Invasion Day 85 Updates
- The Red Cross claims to have registered hundreds of captured Ukrainian fighters as prisoners of war.
- A Russian soldier on trial for war crimes asks for forgiveness from the widow of a Ukrainian civilian.
- 4 killed in Severodonetsk, Luhansk province; bus driver killed in Kursk, Russia.
- G7, UN officials meet separately, with the release of Ukrainian food exports in mind.
- Biden meets with leaders of Finland and Sweden, excited about their NATO bids.
The Russian military said Thursday that more Ukrainian fighters making a last stand in Mariupol have surrendered, bringing the total number of those who left their stronghold to 1,730, while the Red Cross said it recorded hundreds of them as prisoners of war.
The International Committee of the Red Cross said registrations of Ukrainian prisoners of war, which included wounded combatants, began on Tuesday as part of an agreement between Russia and Ukraine.
The Geneva-based aid agency, which has experience dealing with prisoners of war and prisoner exchanges, however said its team had not transported the fighters to “the places where they are being held”, which was not specified.
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The Ukrainian fighters who emerged from the crumbling steelworks of Azovstal after being ordered by their army to abandon the last bastion of resistance in the now razed port city face an uncertain fate. Some were taken by the Russians to a former penal colony in territory controlled by Moscow-backed separatists.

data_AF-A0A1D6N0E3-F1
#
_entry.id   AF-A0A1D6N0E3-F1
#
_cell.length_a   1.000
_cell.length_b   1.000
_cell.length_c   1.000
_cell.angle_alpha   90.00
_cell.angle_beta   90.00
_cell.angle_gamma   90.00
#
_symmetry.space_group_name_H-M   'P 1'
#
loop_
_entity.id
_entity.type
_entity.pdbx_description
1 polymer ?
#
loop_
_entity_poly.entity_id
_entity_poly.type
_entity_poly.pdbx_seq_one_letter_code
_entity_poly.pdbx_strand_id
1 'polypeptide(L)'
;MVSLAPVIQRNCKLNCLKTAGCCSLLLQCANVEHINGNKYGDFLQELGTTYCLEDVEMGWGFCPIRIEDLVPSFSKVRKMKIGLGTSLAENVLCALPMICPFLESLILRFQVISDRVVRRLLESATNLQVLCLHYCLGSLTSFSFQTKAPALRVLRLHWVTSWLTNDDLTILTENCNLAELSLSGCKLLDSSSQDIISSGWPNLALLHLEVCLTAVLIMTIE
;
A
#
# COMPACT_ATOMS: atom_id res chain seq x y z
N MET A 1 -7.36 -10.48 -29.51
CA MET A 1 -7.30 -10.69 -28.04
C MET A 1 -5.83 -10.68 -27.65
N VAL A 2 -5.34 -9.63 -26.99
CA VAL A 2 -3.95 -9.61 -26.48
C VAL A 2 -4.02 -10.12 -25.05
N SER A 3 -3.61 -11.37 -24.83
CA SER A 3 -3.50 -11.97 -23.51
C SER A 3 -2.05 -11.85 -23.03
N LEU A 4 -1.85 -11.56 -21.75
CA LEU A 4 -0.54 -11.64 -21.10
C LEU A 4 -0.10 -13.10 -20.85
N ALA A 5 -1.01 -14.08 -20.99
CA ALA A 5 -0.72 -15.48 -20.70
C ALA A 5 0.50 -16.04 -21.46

While Ukraine has said it hopes to get the soldiers back in a prisoner swap, Russia has threatened to put some of them on trial for war crimes.
The Red Cross cited rules under the Geneva Conventions that should allow the organization to interview prisoners of war “without witnesses” and that visits with them should not be “unduly restricted”.
“He was everything to me”
In kyiv, a Russian soldier facing the first war crimes trial since the start of the war in Ukraine testified on Thursday that he shot a civilian on the orders of two officers and begged his victim’s widow to forgive him.
“I realize you can’t forgive me, but I beg your pardon,” said Sgt. Vadim Shishimarin, 21 years old.
The woman, Kateryna Shelipova, said her 62-year-old husband, Oleksandr Shelipov, had come out to check on what was going on when gunshots rang out just outside their house. When the shooting stopped soon after, she came out to find her husband shot dead.
“He was everything to me. He was my defender,” she said.
Shishimarin could face life in prison after pleading guilty on Wednesday to shooting the Ukrainian man in the head through an open car window in a village in the northeastern region of Sumy on February 28, four days after the start of the Russian invasion.
Shishimarin said he initially disobeyed his immediate commander’s order to shoot the unarmed civilian, but had no choice but to follow the order when it was repeated. forcefully by another officer. The officer reportedly insisted that the Ukrainian man, who was talking on his mobile phone, be able to report their location to the Ukrainian forces.
Ukrainian Prosecutor General Iryna Venediktova previously said her office was preparing war crimes cases against 41 Russian soldiers for offenses including bombing civilian infrastructure, killing civilians, raping and looting. The prosecution was being closely watched as possible war crimes could eventually be brought before the International Criminal Court in The Hague.